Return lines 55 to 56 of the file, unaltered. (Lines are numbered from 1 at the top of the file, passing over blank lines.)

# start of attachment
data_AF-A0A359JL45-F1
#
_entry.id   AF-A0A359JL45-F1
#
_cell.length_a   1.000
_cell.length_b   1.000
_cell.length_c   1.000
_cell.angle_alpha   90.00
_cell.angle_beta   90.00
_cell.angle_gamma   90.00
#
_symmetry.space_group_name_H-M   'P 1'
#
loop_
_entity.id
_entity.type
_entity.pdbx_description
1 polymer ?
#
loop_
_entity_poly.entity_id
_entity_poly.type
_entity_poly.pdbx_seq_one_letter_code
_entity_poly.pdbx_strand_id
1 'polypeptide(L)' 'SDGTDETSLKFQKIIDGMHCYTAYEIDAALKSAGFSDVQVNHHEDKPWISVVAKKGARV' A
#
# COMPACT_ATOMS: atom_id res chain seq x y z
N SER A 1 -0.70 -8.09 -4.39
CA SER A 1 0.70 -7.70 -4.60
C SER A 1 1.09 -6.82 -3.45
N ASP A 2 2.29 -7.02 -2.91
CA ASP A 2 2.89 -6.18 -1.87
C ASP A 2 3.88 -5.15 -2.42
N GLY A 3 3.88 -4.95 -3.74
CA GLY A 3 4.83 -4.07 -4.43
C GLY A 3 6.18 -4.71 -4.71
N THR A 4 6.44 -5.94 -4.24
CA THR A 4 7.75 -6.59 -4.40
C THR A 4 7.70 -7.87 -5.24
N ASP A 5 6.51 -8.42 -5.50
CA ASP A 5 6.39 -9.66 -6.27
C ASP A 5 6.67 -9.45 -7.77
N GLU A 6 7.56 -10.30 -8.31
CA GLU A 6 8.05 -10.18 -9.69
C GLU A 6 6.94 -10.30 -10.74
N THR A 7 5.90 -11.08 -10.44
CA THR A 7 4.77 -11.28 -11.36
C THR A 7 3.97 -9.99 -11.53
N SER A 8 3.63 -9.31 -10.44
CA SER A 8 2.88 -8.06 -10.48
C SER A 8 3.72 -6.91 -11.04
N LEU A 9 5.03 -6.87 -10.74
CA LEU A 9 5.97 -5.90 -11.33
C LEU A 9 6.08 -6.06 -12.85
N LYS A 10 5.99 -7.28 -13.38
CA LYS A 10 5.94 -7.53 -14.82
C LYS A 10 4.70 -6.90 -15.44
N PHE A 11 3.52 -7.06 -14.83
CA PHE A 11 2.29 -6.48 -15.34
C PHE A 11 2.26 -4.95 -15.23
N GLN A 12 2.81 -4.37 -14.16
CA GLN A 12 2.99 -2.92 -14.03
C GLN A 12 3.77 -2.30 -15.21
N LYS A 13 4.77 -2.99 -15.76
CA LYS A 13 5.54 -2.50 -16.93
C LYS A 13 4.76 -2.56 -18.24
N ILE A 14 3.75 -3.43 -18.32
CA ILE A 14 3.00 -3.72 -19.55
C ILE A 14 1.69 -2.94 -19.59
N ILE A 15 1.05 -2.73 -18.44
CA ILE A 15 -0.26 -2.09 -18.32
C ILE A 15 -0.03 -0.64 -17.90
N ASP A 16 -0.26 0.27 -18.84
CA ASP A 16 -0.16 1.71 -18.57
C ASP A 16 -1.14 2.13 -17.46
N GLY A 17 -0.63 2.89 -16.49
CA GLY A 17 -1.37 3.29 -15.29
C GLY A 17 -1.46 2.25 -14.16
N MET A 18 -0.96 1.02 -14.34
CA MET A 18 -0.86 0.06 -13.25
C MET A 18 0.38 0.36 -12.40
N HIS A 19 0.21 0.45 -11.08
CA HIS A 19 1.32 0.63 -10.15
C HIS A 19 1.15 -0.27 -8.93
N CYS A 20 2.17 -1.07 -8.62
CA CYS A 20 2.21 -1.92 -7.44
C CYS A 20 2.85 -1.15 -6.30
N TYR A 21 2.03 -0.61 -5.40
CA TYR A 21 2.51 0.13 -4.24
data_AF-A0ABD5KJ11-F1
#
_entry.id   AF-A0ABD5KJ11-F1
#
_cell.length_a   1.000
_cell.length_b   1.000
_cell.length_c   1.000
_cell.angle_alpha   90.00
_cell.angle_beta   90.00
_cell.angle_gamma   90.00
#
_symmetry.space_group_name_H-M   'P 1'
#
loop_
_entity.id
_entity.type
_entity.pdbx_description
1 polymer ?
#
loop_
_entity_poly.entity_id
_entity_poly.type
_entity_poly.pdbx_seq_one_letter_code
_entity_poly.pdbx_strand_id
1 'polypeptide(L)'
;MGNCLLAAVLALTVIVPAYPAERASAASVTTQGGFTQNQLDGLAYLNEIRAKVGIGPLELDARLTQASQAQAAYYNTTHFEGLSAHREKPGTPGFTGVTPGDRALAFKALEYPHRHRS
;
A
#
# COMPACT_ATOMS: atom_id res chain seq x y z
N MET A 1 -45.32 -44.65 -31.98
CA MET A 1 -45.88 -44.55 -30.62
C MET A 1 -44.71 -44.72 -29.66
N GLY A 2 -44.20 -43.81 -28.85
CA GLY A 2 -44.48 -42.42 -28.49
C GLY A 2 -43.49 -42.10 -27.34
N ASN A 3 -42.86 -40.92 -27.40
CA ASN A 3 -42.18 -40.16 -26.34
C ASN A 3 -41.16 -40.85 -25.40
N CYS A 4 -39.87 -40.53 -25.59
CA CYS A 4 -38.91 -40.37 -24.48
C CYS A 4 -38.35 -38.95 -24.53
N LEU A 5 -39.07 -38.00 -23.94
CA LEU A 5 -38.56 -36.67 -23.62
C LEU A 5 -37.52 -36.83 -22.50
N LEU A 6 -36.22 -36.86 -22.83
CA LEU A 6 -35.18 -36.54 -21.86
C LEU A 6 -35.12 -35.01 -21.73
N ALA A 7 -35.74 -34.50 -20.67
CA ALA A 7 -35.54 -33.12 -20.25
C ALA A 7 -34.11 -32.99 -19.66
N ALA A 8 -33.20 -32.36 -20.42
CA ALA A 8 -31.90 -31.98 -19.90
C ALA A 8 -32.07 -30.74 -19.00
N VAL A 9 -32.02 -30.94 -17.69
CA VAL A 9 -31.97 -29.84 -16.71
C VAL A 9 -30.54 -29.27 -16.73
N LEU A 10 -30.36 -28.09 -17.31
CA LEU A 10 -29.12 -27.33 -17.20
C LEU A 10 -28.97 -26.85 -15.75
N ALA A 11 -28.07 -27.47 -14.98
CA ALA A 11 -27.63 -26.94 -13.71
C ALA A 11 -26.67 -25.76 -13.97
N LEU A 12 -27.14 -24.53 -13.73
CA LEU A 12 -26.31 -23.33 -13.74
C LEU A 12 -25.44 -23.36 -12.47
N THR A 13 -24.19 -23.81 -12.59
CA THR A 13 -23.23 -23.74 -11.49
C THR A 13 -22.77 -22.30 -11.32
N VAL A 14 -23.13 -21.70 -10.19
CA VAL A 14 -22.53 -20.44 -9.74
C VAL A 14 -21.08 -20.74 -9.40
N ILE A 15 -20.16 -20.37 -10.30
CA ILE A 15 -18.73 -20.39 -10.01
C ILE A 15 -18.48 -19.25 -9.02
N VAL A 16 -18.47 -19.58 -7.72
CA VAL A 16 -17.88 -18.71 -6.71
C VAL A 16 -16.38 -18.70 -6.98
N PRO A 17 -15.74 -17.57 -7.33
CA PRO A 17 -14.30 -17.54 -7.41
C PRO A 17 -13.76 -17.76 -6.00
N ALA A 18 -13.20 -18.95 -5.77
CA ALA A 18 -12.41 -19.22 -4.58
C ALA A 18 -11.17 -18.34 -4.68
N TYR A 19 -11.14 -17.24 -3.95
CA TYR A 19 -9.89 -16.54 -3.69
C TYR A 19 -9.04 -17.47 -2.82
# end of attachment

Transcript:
N LYS A 10 5.99 -7.28 -13.38
CA LYS A 10 5.94 -7.53 -14.82